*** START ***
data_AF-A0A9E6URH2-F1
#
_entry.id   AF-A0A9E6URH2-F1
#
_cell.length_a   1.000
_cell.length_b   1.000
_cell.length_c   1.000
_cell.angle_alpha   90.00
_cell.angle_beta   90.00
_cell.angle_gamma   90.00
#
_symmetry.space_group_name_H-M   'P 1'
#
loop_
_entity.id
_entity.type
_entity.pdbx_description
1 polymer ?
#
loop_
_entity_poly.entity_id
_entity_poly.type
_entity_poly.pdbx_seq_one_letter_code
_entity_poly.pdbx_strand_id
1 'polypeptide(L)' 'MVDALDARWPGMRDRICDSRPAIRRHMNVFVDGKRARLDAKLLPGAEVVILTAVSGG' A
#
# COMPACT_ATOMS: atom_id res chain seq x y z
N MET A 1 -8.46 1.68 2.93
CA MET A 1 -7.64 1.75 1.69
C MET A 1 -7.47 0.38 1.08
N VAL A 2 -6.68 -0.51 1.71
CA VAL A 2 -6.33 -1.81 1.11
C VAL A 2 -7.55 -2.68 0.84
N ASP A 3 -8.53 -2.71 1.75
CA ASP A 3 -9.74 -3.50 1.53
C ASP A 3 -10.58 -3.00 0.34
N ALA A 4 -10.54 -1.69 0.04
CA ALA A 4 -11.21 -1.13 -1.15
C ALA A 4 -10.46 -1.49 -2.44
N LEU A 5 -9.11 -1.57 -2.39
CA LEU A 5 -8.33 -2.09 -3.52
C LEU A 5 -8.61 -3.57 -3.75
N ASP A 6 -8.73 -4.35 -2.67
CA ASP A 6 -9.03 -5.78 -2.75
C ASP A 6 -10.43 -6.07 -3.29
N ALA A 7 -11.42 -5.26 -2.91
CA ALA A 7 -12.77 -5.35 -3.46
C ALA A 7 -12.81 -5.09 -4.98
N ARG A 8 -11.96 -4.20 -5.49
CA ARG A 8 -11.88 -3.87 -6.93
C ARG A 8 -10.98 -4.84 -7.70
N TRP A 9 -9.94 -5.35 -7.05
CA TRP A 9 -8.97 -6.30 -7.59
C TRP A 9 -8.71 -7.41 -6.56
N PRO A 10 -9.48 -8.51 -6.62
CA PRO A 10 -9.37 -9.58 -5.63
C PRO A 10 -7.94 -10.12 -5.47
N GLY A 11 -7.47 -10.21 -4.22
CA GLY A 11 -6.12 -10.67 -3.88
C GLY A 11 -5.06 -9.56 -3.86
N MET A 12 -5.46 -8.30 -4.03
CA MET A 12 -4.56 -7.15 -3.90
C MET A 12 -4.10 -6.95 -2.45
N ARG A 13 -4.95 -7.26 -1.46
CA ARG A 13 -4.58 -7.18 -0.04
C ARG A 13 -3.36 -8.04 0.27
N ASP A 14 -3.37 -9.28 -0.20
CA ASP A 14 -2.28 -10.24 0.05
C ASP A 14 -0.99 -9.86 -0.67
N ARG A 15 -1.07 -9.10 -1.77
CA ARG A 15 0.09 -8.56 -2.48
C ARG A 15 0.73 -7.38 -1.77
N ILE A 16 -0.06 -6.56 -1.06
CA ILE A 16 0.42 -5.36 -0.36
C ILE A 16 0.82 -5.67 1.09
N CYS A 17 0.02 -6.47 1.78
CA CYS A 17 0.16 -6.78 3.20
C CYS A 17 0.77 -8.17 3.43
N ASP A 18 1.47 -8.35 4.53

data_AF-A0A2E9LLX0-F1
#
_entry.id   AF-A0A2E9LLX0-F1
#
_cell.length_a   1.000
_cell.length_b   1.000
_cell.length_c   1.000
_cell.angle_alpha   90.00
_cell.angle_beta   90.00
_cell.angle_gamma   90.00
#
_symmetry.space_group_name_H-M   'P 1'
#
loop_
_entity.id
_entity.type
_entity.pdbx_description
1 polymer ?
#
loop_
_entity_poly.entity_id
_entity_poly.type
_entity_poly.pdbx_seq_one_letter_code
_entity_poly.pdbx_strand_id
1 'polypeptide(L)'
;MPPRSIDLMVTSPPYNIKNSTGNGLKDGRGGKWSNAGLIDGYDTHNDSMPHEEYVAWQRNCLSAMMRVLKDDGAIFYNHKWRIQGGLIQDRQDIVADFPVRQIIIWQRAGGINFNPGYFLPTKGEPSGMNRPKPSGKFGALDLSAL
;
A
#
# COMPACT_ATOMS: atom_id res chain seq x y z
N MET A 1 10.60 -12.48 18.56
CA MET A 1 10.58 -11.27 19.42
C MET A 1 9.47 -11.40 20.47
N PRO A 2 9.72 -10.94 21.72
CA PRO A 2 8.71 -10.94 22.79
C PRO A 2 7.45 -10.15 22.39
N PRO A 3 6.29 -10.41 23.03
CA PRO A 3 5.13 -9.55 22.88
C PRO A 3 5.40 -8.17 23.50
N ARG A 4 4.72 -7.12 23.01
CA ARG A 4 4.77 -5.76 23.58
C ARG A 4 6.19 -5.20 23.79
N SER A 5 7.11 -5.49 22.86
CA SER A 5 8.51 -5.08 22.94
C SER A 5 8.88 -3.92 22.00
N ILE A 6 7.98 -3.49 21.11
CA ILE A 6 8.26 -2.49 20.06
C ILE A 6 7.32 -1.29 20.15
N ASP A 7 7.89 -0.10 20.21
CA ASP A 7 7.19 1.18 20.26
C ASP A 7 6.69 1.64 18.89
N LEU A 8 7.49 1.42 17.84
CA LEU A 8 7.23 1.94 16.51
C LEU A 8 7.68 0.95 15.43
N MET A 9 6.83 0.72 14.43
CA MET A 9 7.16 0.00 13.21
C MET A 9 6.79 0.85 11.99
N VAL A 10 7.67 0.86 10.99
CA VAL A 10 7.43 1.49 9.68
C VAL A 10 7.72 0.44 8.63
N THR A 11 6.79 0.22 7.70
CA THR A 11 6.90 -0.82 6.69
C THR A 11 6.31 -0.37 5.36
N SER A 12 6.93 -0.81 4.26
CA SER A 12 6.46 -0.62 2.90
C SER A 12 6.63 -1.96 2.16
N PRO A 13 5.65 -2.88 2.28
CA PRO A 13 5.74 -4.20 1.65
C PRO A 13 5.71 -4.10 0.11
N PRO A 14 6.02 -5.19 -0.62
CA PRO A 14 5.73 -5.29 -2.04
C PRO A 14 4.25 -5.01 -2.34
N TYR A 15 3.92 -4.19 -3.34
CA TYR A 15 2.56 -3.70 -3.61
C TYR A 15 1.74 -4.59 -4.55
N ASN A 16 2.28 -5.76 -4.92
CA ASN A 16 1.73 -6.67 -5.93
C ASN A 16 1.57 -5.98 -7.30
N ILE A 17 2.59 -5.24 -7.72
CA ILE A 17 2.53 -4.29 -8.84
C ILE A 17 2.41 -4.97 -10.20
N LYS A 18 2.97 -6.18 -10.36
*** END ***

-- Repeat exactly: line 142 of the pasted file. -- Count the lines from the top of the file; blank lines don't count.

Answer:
C THR A 11 6.31 -0.37 5.36